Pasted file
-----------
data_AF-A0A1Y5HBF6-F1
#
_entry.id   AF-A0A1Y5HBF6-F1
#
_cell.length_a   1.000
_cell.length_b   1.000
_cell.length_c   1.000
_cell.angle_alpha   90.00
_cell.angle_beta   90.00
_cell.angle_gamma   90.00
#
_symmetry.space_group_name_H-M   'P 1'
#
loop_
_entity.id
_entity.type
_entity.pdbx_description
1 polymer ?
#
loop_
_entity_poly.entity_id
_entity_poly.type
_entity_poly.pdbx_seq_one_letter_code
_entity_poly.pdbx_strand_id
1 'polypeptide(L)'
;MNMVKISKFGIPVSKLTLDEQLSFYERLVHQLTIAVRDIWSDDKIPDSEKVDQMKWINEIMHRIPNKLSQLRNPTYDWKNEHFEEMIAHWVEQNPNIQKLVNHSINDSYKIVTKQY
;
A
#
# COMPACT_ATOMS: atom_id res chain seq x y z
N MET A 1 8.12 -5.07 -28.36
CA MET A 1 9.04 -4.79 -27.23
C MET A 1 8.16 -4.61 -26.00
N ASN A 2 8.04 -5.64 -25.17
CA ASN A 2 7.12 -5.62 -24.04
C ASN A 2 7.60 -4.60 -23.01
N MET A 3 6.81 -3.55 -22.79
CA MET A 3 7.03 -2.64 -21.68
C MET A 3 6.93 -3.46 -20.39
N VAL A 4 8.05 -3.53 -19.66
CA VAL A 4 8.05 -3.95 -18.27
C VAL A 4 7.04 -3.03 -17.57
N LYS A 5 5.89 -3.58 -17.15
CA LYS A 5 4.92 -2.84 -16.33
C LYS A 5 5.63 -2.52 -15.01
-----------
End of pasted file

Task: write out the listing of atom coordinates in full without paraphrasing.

data_AF-A0A1Y5HBF6-F1
#
_entry.id   AF-A0A1Y5HBF6-F1
#
_cell.length_a   1.000
_cell.length_b   1.000
_cell.length_c   1.000
_cell.angle_alpha   90.00
_cell.angle_beta   90.00
_cell.angle_gamma   90.00
#
_symmetry.space_group_name_H-M   'P 1'
#
loop_
_entity.id
_entity.type
_entity.pdbx_description
1 polymer ?
#
loop_
_entity_poly.entity_id
_entity_poly.type
_entity_poly.pdbx_seq_one_letter_code
_entity_poly.pdbx_strand_id
1 'polypeptide(L)'
;MNMVKISKFGIPVSKLTLDEQLSFYERLVHQLTIAVRDIWSDDKIPDSEKVDQMKWINEIMHRIPNKLSQLRNPTYDWKNEHFEEMIAHWVEQNPNIQKLVNHSINDSYKIVTKQY
;
A
#
# COMPACT_ATOMS: atom_id res chain seq x y z
N MET A 1 8.12 -5.07 -28.36
CA MET A 1 9.04 -4.79 -27.23
C MET A 1 8.16 -4.61 -26.00
N ASN A 2 8.04 -5.64 -25.17
CA ASN A 2 7.12 -5.62 -24.04
C ASN A 2 7.60 -4.60 -23.01
N MET A 3 6.81 -3.55 -22.79
CA MET A 3 7.03 -2.64 -21.68
C MET A 3 6.93 -3.46 -20.39
N VAL A 4 8.05 -3.53 -19.66
CA VAL A 4 8.05 -3.95 -18.27
C VAL A 4 7.04 -3.03 -17.57
N LYS A 5 5.89 -3.58 -17.15
CA LYS A 5 4.92 -2.84 -16.33
C LYS A 5 5.63 -2.52 -15.01